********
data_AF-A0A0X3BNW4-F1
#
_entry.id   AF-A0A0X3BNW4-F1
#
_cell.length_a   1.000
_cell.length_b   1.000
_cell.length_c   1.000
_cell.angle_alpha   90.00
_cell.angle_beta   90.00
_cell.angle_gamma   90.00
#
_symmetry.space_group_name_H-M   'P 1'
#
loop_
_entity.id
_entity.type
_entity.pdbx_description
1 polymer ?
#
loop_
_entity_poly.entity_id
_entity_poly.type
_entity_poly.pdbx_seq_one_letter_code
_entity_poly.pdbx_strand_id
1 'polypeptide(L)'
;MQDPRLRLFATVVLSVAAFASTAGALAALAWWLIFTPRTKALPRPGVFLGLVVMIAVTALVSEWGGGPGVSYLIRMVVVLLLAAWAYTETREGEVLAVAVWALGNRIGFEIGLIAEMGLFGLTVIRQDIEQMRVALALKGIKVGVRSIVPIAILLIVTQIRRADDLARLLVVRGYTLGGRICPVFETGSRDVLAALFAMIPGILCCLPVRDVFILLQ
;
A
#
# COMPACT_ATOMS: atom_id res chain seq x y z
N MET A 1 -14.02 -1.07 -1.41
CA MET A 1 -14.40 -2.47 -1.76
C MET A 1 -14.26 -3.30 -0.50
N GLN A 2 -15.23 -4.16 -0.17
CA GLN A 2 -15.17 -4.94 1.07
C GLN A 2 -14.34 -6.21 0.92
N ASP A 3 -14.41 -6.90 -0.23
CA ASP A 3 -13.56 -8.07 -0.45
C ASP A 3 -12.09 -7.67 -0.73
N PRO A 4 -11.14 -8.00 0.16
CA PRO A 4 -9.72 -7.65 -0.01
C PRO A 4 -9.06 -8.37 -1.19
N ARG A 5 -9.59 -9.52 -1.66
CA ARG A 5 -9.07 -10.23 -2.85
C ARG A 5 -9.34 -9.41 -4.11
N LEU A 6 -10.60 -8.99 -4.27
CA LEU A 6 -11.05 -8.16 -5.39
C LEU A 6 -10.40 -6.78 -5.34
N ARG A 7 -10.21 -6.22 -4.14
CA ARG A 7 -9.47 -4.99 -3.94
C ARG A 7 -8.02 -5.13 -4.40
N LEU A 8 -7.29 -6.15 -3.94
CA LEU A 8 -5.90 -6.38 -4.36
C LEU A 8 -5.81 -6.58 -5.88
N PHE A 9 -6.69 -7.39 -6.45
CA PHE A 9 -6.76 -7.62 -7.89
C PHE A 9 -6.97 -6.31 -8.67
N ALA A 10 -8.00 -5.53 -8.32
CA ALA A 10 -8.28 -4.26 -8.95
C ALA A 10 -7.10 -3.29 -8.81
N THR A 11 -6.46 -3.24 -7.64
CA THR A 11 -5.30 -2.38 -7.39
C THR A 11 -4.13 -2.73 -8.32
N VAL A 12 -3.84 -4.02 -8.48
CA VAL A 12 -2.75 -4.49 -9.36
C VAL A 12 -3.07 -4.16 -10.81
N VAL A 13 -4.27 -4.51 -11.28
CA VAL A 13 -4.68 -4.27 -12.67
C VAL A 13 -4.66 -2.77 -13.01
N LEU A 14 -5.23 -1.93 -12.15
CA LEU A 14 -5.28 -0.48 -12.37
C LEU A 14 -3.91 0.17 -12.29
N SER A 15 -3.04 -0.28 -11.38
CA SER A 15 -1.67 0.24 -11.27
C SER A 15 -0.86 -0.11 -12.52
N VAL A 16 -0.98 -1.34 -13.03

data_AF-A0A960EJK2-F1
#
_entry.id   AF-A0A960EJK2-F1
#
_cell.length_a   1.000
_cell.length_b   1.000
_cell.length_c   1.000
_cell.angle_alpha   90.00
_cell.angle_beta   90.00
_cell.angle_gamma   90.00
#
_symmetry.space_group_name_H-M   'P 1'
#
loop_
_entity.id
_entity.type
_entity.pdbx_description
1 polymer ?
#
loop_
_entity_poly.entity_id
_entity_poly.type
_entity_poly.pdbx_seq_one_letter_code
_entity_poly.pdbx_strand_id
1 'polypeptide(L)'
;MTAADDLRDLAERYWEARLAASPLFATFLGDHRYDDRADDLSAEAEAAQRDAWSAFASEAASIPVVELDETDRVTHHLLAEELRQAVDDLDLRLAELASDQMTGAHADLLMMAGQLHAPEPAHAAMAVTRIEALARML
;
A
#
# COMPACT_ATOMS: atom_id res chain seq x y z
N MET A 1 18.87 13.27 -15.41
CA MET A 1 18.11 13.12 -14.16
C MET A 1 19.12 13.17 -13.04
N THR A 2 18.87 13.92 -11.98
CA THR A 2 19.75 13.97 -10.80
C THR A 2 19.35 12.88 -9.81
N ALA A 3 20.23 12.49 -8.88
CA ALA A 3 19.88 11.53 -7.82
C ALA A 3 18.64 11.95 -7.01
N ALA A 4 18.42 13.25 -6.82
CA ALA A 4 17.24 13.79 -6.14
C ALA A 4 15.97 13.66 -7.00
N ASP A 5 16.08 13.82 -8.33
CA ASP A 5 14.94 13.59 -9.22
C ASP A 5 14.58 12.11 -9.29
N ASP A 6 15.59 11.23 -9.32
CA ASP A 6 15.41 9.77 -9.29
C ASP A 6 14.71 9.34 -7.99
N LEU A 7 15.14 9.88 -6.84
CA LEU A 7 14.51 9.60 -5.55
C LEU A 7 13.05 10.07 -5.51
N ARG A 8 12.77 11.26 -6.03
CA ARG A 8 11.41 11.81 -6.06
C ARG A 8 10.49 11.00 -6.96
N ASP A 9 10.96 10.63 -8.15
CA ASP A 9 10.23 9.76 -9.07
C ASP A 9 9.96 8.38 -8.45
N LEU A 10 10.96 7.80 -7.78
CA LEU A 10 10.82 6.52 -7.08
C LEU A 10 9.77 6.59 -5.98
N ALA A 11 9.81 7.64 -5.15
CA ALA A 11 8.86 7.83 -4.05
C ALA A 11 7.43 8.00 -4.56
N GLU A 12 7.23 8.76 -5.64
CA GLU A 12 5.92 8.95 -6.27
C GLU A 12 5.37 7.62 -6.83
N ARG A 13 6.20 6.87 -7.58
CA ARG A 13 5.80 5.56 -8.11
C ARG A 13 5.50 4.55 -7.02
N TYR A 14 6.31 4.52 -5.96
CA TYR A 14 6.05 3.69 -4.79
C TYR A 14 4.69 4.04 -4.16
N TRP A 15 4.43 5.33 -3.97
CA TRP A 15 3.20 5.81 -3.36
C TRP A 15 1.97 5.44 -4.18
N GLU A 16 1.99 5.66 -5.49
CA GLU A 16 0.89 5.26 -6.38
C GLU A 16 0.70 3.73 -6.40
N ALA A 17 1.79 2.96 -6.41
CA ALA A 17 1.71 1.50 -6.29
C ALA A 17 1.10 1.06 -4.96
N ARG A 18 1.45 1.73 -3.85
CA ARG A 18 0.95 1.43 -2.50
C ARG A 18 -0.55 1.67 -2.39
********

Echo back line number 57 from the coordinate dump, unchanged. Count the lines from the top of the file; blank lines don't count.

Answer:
C PHE A 9 -6.97 -6.31 -8.67